Thursday, October 27, 2016

Wow, What a Year!

Some of our wonderful crew helping out during Strawberry Days
By Farmer Richard

     We’ve had a roller coaster of challenging weather, but have had mostly successful crops despite the bumps along the road. Good management and good crew have been the key to this year, but there’s only so much you can do when you get the unavoidable 100 year flood! The third of its kind in 8 years!...hmmm. It did help us make the final decision to not farm one of those flood prone farms next year!
     The last couple weeks have been beautiful fall weather! We finished most of our harvest and had plenty of time to plant our 2017 garlic crop. We put a nice layer of mulch on it and are praying for a good crop for next year. We’ve also finished planting our sunchoke and horseradish crops for next year as well as applied compost and planted a rye cover crop on all available acres. Our crew spent quite a bit of time over the last month cleaning up most of the driftwood and rocks from flooded fields. We are ready for spring! We’ve completed all of these fall tasks earlier than usual, so we have also had extra time to clear trees out of the river and cut fallen trees.
     We also have been able to work in the woods! We have 325 acres of woods that have not seen much attention for 50 years until recently. We have a forester working on a management plan for us. He has been walking all our woods, cataloging tree species, designing a network of access roads, and recommending work to be done. It is enormous! The forester has described our woods as typical for most Wisconsin woods, representing 150 years of poor management and over-grazing with livestock. The best trees were removed by a logging company 40-50 years ago and the poor, crooked trees were left to capture the sunlight and dominate. We have many of those old trees, yet many good trees as well. Despite the fact that we have had offers from logging companies to come in and log some trees, we are well aware of their intentions to only take the good ones which will still leave us with a woods full of poor, crooked trees. Their price usually sounds good, but still would never cover the taxes that we have paid and will continue to pay on the woodlands. So we have chosen to decline their offers and take on management of our woods ourselves, which will also help support local jobs and local sales.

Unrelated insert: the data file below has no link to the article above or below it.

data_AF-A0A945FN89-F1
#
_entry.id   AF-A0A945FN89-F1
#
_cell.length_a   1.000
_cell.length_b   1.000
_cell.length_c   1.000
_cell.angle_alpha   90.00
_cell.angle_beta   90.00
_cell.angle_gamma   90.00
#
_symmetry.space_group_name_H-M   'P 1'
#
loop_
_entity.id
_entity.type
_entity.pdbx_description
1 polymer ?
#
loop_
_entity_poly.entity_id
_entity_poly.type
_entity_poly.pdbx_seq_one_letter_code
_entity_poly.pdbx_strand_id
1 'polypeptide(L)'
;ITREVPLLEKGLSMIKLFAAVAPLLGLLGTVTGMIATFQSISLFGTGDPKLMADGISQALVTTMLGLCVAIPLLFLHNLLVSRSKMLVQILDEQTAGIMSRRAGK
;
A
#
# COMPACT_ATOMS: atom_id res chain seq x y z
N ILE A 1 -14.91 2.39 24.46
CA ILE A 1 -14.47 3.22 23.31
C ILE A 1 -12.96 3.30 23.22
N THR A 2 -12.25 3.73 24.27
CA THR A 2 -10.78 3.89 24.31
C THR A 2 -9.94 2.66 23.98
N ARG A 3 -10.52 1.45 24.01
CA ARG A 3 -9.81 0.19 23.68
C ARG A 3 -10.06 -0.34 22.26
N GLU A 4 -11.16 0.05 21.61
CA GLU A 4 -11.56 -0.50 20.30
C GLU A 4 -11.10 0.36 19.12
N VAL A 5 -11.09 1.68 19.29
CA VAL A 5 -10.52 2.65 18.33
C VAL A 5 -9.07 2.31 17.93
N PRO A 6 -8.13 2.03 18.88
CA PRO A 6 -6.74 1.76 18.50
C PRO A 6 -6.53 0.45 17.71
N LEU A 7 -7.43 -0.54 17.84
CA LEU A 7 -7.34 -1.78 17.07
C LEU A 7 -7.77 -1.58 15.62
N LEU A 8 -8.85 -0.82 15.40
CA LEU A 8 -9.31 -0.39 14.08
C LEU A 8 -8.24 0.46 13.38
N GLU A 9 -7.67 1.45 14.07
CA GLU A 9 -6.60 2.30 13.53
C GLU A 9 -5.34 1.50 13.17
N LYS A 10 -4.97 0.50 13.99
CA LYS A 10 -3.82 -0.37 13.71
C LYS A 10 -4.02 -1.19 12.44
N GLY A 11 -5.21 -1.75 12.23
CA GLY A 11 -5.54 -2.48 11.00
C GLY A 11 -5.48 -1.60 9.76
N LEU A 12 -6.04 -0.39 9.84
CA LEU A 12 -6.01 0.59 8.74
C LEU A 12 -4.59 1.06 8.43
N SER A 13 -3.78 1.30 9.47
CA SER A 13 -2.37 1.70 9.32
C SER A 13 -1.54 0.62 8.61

Bottle Stopper Top in Cherry Wood
     We have a small bulldozer and a strong desire to connect with our woods. Most woods are moderate to very steep slopes, difficult to walk, hunt, ski or enjoy. So this fall, the last few weeks of mostly warm fall weather, the leaves turning color and then dropping with rain and wind, I have been blessed to spend many hours on our little 80 hp New Holland bulldozer making roads through our woods. Roads that are very challenging to make, requiring a carefully chosen path flagged with yellow ribbons, sometimes weaving a bit to avoid big trees, but having a beginning and an end point. What a fine way to get to know your woods! Admiring the towering old oaks, walnuts, hickory and cherry trees and identifying the smaller trees to make the right decision about what stays and what goes, all the time looking for burls on cherry trees that would make nice bottle stopper tops. Most of our logging energy has gone into salvaging ash trees that have recently been killed by the Emerald ash borer. Ash is a beautiful hard wood. Anyone thinking about a new floor?  Once the logs are sawed, we will have approximately 15,000 board feet of lumber! We could provide you with a beautiful ready to install floor!
     Ah, working in the woods is such a joy. The fall colors, the few remaining birds. Even with the bulldozer running, I saw a beautiful buck deer slowly working his way through the trees below me…and that rabbit that was hiding under the parked bulldozer after lunch was quite the surprise! We love our beautiful woods, and I’ve dreamed about building access roads through it for many years. For the first time we have a road that runs from one end of our farm to the other allowing us an easy-to-walk path to stroll on, enjoying the peace and beauty of our valley and woods. Andrea and I took a little Sunday stroll a few weeks ago, what a fun escape!
     We’ve taken care to immediately seed fescue and clover grass as soon as we finished a section of the road and the fall leaves provided a beautiful mulch. We aren’t doing this just for us, it’s for you too! We hope you will consider a trip to the farm and enjoy hiking or skiing the roads on our farm as well!

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